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"Fathers without children" : a discursive study of the accounts and identities presented by sperm donors : a dissertation presented in partial fulfilment of the requirements for the degree of PhD in Psychology at Massey University, Tiritea, Palmerston North, New Zealand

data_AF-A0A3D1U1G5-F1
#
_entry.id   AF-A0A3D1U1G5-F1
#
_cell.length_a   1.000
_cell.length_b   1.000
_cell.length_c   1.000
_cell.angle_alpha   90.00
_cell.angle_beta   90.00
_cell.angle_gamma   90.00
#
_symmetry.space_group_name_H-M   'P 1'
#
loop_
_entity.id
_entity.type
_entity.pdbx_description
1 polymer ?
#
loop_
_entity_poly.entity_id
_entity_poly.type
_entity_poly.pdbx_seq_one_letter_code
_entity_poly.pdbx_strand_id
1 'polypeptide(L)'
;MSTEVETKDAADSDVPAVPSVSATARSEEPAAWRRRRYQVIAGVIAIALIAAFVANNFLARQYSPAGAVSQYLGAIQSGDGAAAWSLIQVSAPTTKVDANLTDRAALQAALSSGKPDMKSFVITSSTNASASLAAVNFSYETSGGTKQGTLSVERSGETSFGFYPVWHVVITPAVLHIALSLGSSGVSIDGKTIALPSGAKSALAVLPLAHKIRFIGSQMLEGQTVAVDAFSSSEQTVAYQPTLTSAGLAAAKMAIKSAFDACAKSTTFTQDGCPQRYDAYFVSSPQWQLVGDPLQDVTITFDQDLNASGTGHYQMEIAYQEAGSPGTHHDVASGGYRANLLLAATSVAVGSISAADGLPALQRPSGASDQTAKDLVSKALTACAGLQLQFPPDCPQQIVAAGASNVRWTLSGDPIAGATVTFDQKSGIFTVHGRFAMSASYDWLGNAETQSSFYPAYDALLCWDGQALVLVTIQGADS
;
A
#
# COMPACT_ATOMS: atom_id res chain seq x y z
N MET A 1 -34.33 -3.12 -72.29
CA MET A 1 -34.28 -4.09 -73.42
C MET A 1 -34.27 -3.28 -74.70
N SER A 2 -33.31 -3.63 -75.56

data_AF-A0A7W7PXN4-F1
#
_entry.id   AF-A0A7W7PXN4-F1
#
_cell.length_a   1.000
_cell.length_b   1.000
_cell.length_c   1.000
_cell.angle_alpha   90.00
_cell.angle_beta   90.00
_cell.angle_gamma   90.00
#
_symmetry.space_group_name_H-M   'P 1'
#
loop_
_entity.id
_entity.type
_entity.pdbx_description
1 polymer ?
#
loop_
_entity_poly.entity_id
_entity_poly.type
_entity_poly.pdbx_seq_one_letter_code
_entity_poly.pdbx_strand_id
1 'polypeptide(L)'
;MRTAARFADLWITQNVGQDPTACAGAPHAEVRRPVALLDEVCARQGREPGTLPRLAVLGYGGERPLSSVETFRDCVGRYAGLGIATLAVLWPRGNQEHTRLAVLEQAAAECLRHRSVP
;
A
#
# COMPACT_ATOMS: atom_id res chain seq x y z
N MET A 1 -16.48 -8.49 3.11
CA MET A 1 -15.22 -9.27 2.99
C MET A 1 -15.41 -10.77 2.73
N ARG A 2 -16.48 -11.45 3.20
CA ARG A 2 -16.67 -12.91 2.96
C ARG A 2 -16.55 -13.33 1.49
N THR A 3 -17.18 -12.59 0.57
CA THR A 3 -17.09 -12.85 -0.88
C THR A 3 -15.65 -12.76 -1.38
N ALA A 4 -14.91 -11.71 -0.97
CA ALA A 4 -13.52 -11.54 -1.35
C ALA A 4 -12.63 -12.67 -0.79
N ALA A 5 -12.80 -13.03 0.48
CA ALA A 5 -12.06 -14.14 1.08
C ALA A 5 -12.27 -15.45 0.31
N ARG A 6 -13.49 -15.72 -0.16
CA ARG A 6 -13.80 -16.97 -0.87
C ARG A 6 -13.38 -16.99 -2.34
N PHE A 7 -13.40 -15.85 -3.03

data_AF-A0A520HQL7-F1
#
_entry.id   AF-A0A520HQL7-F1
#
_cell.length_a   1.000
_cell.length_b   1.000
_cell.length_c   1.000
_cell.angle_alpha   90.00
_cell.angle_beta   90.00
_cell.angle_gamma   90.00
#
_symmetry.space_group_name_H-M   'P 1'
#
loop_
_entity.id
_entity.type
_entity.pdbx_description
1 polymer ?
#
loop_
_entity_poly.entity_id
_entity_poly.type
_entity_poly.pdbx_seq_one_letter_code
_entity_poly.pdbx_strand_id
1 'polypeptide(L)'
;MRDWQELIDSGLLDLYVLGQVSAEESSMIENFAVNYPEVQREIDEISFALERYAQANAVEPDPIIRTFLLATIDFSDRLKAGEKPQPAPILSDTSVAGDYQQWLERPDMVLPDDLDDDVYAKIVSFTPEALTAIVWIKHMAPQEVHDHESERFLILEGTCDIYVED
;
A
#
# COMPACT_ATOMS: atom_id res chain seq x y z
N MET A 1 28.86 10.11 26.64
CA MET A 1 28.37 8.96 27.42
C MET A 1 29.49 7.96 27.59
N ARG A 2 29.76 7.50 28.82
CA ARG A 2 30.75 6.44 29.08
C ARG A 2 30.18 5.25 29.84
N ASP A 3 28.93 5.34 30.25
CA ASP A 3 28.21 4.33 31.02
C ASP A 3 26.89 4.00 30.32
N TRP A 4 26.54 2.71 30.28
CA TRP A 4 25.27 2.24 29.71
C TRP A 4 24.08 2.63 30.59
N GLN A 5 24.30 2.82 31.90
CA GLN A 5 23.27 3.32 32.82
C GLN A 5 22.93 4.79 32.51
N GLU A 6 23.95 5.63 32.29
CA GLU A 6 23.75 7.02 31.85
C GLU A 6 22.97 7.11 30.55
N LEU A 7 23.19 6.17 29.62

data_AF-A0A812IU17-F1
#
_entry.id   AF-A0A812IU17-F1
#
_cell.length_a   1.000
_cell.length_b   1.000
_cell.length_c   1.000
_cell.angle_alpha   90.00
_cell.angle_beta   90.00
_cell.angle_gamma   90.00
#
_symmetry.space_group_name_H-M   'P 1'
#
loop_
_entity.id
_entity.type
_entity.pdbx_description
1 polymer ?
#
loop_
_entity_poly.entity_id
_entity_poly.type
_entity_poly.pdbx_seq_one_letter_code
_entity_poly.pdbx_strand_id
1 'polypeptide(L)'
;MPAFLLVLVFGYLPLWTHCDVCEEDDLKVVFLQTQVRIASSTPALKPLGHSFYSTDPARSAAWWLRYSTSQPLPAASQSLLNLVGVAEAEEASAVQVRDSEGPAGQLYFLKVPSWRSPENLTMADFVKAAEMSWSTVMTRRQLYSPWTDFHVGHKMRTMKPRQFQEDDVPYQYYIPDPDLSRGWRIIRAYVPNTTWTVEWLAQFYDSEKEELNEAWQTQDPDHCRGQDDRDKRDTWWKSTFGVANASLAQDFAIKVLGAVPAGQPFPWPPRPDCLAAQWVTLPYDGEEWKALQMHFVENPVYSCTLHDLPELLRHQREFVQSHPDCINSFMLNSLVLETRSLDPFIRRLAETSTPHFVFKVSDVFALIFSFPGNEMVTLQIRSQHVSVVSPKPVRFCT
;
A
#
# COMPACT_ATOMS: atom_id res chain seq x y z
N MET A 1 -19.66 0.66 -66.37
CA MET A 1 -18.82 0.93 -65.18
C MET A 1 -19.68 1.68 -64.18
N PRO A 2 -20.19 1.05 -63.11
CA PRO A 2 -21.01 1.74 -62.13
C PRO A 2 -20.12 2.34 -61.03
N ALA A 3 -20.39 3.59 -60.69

Discursive psychology challenges traditional psychology by contending that knowledge, reality and the "truth" are socially constructed and actively negotiated through language. Through discourse, people are placed in, or adopt, subject positions and roles that confer certain rights and responsibilities. Current discourses for talking about sperm donors can be seen to negatively position them at a low status, with little power or rights, but multiple obligations. This research interviewed 24 New Zealand sperm donors, with the aim of investigating how donors constructed and made sense of their experiences and their position as a sperm donor. These discourses revealed that being a sperm donor can lead to an enhanced construction of masculinity, and an accompanying powerful subject position with regards to other men in society. This had ramifications for the donors' relationship with both the 'social father' and the biological mother of the offspring. Donors' discourses of fatherhood revealed a delicate balancing act of trying to claim a position of (biological) father, and establish a role and place within the lives of the offspring without encroaching on the position of the recipients as parents, particularly the male 'daddy'. Through their language and utilisation of discourses concerning masculinity and fatherhood, the men in this study challenged the dominant construction of sperm donors, and provided an alternative understanding of the psychology of being a sperm donor.